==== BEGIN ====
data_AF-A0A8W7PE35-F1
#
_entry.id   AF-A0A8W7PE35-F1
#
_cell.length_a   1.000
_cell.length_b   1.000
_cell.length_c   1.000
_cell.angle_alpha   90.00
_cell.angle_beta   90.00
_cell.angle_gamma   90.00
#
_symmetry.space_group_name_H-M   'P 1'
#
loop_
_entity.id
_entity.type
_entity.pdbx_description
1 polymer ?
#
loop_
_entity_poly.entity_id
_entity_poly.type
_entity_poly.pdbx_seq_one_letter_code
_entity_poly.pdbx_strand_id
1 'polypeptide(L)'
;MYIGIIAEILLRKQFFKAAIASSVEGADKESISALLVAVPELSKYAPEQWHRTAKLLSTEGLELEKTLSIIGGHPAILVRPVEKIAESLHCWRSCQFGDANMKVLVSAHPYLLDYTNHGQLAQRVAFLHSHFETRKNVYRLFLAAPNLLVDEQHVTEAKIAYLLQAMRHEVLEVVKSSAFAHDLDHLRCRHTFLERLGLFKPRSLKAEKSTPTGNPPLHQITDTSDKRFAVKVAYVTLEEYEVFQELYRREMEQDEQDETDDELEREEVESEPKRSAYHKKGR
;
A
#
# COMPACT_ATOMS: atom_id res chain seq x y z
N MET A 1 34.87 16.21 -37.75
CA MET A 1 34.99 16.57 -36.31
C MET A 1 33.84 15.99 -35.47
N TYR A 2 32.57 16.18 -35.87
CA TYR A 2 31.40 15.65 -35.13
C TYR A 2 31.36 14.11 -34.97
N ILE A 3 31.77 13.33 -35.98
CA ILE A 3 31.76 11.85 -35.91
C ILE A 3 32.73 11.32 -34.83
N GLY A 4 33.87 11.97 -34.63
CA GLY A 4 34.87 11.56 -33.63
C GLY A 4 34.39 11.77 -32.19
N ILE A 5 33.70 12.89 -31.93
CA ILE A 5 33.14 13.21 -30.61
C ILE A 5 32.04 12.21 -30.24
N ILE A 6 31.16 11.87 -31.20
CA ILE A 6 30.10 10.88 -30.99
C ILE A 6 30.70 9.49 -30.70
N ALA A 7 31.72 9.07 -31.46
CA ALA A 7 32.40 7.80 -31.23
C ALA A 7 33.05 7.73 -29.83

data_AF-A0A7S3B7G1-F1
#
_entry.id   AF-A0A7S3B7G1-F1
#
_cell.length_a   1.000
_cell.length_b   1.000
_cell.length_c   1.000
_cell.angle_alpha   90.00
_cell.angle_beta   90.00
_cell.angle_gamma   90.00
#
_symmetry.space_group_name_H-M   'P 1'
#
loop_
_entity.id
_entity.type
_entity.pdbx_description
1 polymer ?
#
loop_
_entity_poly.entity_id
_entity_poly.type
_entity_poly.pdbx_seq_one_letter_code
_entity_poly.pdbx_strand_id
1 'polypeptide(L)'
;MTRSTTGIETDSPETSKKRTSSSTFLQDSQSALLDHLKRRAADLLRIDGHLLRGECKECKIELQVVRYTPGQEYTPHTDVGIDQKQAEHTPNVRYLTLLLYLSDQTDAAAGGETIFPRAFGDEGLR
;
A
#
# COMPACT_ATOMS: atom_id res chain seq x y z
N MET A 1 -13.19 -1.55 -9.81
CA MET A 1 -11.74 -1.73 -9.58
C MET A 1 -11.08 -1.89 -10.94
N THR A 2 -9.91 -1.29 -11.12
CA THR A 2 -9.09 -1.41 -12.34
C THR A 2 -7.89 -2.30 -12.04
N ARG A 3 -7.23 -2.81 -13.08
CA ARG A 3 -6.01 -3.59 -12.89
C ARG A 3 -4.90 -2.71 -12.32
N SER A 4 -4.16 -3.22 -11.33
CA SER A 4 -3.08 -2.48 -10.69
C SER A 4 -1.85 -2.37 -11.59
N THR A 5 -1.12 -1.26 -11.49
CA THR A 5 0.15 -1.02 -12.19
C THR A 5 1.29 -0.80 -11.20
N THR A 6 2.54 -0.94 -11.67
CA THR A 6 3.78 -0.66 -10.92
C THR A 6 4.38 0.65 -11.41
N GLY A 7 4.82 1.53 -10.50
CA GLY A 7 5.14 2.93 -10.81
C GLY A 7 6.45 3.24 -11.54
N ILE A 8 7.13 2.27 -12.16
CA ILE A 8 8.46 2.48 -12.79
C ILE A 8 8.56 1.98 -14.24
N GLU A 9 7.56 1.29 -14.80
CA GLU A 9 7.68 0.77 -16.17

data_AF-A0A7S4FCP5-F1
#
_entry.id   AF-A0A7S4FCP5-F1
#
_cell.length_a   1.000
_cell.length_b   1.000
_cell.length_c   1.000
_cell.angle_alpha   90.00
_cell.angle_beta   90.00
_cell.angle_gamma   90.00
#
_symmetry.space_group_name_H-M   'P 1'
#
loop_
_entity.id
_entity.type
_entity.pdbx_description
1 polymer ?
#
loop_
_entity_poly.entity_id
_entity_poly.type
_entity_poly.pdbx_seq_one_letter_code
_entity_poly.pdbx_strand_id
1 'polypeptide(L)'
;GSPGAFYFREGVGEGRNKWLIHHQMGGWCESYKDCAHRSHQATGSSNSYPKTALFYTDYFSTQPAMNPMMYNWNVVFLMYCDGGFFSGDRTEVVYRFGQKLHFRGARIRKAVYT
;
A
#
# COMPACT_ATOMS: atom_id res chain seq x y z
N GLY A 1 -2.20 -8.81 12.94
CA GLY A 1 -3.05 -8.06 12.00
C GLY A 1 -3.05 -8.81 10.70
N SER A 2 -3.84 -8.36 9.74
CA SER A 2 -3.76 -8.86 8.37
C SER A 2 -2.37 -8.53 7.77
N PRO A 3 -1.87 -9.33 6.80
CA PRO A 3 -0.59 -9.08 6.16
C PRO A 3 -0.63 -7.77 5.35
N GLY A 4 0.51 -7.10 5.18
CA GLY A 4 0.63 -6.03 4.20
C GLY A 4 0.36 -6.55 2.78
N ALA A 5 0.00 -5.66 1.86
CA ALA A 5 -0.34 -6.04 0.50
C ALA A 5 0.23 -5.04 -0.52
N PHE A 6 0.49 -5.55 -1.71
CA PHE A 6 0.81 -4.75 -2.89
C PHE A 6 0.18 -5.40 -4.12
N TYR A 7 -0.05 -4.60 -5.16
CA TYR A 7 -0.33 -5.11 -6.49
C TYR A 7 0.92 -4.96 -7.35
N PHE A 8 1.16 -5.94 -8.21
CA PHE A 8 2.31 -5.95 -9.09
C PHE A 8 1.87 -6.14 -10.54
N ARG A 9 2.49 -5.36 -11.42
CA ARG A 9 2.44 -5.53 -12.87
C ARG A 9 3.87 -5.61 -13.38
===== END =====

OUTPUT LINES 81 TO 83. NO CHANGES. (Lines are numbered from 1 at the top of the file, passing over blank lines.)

# COMPACT_ATOMS: atom_id res chain seq x y z
N MET A 1 -13.19 -1.55 -9.81
CA MET A 1 -11.74 -1.73 -9.58